Every year Ebony Magazine selects 100 individuals from the national African American community for their outstanding work in 16 categories, including black thought, the future of everything and politics as (un)usual.
This year, Rowan University graduate Trymaine Lee (’03) was listed among people such as John Legend, Beyoncé and Wendy Williams. Lee was nominated for being “one of the most valued truth tellers in mainstream media.”
“Growing up, Ebony Magazine was a staple in my household,” Lee said. “To be alongside so many courageous, brilliant people is an honor.”
After graduation, Lee went on to work for The Times-Picayune in New Orleans, pursuing his career in journalism. In 2006, while working a Sunday shift, Hurricane Katrina hit. He was one of the first seven reporters initially on the scene and remained in New Orleans to continue reporting.
The storm was Lee’s first “big” story.
“I [saw] so much hurt, but so much perseverance,” Lee said. “[It] shaped me as a journalist.”
Lee was later awarded a Pulitzer Prize for the story, which he shared with Doug MacCash, Manuel Torres and Mark Schleifstein. He described winning as bittersweet, similar to the feelings of survivor’s guilt. However, Lee does consider the award a point of pride.
“Pulitzer doesn’t mean anything to the people affected by the storm,” he said. “In this business, we are very self-congratulatory.”
In addition to Hurricane Katrina, Lee was also one of the first reporters to cover the Trayvon Martin case in 2012. Lee believes cases such as the one involving Martin make people more aware and give social issues a collective voice.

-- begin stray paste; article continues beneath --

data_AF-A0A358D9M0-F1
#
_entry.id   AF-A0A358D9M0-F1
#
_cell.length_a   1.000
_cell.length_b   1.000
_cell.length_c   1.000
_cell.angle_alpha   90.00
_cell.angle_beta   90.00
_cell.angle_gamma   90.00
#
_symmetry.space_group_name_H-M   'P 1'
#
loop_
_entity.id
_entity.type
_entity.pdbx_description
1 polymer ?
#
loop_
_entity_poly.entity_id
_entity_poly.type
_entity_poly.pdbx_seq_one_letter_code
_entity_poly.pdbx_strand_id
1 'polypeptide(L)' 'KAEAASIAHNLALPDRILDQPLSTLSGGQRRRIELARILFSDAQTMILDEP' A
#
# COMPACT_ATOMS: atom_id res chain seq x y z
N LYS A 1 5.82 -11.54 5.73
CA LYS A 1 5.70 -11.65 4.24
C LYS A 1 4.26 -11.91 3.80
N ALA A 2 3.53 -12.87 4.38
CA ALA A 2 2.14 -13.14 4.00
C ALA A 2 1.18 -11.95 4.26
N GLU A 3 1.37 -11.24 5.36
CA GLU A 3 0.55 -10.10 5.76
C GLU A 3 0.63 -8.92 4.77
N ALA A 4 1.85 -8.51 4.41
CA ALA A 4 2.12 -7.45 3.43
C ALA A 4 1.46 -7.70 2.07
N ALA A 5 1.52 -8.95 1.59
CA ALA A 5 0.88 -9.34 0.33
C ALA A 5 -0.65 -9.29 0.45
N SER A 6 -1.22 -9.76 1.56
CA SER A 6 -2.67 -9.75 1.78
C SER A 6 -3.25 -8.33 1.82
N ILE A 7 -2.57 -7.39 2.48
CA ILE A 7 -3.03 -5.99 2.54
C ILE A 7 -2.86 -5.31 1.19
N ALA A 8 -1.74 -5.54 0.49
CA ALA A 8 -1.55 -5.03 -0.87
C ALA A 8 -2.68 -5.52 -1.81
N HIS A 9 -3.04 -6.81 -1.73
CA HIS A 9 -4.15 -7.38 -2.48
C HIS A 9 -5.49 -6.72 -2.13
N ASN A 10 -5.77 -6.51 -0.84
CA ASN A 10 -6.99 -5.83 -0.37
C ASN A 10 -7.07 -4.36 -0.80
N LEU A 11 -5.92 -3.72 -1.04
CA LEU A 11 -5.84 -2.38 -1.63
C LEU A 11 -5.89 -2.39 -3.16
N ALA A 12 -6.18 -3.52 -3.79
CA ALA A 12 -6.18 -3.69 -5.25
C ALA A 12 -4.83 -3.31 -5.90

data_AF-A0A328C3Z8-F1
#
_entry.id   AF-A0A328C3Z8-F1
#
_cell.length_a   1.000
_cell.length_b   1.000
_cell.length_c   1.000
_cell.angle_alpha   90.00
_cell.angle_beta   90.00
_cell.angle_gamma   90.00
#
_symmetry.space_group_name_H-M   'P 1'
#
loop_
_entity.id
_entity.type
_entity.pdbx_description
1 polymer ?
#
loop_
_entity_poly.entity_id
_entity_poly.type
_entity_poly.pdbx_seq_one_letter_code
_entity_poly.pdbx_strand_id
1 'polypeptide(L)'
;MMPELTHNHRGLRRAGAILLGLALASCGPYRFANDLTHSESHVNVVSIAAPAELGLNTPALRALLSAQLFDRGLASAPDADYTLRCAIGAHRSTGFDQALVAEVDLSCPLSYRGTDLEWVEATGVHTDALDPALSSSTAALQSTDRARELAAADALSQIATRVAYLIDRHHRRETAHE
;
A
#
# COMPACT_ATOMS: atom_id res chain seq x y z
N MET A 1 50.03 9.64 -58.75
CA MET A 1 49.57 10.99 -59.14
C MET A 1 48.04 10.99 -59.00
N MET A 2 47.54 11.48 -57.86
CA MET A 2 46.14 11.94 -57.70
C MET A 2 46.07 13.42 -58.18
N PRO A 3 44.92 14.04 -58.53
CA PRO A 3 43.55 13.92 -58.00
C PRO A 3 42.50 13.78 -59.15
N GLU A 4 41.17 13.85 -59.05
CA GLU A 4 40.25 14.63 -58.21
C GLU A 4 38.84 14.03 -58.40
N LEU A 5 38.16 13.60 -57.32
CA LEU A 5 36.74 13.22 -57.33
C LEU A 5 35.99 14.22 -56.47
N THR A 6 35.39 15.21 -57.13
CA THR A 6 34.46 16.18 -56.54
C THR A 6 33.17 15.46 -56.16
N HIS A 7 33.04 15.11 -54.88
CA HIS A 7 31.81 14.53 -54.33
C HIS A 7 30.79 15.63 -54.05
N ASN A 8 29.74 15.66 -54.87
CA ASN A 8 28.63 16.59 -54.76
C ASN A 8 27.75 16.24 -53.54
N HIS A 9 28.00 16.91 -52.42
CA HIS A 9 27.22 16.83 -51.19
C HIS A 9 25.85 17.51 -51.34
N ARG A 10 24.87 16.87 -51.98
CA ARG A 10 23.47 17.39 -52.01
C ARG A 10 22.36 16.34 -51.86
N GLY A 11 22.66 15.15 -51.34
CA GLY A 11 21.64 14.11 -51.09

“[The case] set the stage for the conversation we’re having right now,” Lee said. “We didn’t get here without Trayvon Martin.”
Lee has also worked at the Philadelphia Tribune, The New York Times and The Huffington Post. He is currently living in Brooklyn working as a national reporter at MSNBC. His focus is finding new ways to tell stories while writing a book about gun violence in America, which will be published by St. Martin’s Press.
“With his personality, depth of thought, and his desire to learn and improve, [Lee] was rare,” said Professor Emeritus Julia Chang, who taught Lee during his time at Rowan. “I knew he was going to succeed at whatever he decided to do.”
One of Lee’s recent projects includes Geography of Poverty, a photo series that looks at poverty in America. Lee traveled to locations such as Flint, MI, where poverty is staggering and prostitution is common. He also visited multiple cities in Texas and North Dakota that are currently in deep poverty and have high suicide rates.
“It’s not just stereotypes like the poor, black mother living in Philly, it’s everyone,” Lee said. “[I want] to be able to tell these stories with the support of a major network. I keep trying to be the voice for the ones that don’t have one.”
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